At just six months of age and weighing barely 1kg, Babbin has come a remarkably long way in her short life.
Making headlines as one of the two first short-beaked echidnas to be born to zoo-bred parents, the puggle, or baby echidna, first appeared to the public in December as nothing more than a tiny pink ball.
These days, Babbin sports the species' characteristic spikes from head to tail and her human minders are delighted with her healthy growth. For senior zookeeper Belinda Turner - who has become Babbin's surrogate parent since she was shunned by her mother Chindi - her development has been a labour of love as well as science.
Along with her colleagues at Perth Zoo, Ms Turner is helping build a clearer picture of these little-understood native animals.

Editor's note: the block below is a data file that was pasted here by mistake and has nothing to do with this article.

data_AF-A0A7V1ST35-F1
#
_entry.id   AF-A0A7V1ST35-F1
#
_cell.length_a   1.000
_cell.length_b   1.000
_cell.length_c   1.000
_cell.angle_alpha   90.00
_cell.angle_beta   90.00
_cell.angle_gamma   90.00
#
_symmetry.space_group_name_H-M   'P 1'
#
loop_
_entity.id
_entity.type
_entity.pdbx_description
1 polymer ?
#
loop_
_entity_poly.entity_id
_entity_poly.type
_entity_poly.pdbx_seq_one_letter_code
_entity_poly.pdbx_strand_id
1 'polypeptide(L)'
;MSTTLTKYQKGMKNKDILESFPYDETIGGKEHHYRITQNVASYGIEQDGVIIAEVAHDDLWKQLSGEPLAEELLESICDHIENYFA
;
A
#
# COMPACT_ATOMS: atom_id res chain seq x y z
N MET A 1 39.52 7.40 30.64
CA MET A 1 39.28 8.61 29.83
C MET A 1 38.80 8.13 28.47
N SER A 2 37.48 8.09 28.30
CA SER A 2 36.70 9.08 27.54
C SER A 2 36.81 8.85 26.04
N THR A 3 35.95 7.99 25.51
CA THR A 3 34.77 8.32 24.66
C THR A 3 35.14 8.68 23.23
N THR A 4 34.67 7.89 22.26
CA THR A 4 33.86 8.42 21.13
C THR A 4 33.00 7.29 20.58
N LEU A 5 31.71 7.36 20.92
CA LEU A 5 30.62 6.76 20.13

The work is giving the zoo's echidna breeding program a reputation as a leader in its field - so much so that the institution will host experts today for a seminar to discuss the matter. Ms Turner said although short-beaked echidnas were not threatened, it was important to know more about them before threats such as predation and urban growth could become more serious.
"They're very cryptic animals, very shy animals," Ms Turner said."They are really common across Australia and are found in every single habitat . . . but people generally report that they don't see them in the wild because they are so elusive and so shy. But I love echidnas - they never cease to amaze me."
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